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Fred Frith: Eleventh Hour

The line separating music that intoxicates listeners with its mysterious stillness from music that bores listeners to tears with its complete lack of musical incident is perilously thin, and composer Fred Frith spends some time on both sides of that border on Eleventh Hour, a new compilation of his works.

“Tense Serenity,” written for string trio and trombone and played by members of the Arditti Quartet and Uwe Dierksen, lives up to its name. The work’s oscillations, plucks and sustained directionless chords make a fascinating tapestry knitted together by the trombone’s scraps of melody and forlorn timbre. On the other side of the line, the pauses between strums and rumblings in “Stick Figures,” a piece written for two players using six guitars, last so long they invite a mind to wander elsewhere. Frith and the Arditti also essay two pieces for string quartet and electric guitar; the seemingly random interplay of textures makes “Allegory” obscure at best, but “Fell” aptly embodies its title as the strings play anguished, slowly shifting and descending chords, with the guitar tolling like a bell and shooting exclamations over the texture.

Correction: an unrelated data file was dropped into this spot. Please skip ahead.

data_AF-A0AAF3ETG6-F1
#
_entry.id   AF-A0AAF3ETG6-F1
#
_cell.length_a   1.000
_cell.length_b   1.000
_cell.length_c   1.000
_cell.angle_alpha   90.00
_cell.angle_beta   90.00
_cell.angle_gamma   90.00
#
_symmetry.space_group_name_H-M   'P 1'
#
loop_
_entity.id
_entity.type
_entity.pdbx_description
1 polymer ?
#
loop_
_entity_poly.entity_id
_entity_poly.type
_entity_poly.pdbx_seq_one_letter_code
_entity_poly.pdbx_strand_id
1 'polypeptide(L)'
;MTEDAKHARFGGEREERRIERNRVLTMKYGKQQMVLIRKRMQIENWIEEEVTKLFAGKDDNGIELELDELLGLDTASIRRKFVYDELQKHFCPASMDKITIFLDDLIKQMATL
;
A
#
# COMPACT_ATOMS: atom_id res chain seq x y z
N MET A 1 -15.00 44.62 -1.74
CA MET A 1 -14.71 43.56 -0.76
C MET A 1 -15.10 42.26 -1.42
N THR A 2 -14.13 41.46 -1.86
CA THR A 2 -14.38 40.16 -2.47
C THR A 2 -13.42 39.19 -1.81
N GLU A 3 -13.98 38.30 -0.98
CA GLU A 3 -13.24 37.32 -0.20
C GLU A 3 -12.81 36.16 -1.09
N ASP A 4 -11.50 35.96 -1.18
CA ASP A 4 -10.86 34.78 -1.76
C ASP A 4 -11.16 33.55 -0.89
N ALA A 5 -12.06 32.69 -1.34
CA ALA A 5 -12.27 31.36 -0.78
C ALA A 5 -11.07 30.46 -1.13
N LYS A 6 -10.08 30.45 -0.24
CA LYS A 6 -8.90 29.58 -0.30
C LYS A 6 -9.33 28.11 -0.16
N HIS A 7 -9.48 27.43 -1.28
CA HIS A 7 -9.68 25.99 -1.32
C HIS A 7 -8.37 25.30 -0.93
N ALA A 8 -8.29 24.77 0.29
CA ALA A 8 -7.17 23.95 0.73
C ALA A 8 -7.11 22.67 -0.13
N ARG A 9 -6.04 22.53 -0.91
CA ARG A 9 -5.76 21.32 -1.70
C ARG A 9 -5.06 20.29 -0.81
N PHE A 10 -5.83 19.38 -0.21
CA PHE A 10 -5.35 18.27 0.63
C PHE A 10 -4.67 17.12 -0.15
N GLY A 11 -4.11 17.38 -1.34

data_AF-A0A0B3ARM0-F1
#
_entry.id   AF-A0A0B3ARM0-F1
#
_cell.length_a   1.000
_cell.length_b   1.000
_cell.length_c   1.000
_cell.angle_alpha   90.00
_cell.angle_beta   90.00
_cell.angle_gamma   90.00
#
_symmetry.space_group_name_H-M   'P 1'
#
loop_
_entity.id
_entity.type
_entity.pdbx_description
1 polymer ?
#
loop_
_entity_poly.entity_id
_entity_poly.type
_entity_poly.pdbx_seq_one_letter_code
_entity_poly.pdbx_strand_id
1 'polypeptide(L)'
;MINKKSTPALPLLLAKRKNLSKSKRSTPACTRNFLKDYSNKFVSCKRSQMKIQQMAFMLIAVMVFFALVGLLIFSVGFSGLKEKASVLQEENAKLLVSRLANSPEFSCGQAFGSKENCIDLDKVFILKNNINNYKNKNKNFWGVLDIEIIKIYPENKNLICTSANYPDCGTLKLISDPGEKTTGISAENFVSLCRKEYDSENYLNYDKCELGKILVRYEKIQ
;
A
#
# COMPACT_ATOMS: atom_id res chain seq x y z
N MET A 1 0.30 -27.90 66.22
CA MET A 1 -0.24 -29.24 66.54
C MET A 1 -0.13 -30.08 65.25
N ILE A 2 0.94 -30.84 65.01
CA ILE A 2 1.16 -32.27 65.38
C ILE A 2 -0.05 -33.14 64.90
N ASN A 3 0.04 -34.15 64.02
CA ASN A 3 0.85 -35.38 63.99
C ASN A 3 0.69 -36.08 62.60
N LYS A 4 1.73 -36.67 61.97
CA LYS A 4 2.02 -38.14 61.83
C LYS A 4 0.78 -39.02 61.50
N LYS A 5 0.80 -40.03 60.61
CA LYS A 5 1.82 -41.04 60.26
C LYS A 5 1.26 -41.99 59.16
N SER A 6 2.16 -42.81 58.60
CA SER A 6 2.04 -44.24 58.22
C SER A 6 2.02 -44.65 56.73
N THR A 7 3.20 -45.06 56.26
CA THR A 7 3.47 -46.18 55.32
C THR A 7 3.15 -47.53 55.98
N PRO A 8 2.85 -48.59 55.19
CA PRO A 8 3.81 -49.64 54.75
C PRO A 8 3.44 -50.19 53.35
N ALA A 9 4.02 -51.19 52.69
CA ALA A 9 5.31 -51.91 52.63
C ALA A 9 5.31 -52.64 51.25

Frith can write plain old engaging music too, as proved in “Lelekovice,” played by the Arditti; its well-sprung rhythms, lively polyphonic interplay and inviting, open textures make it clear why it’s been used as a dance score. The rest of the music on Eleventh Hour, for better or worse, is only suitable for sitting and puzzling at.

Originally Published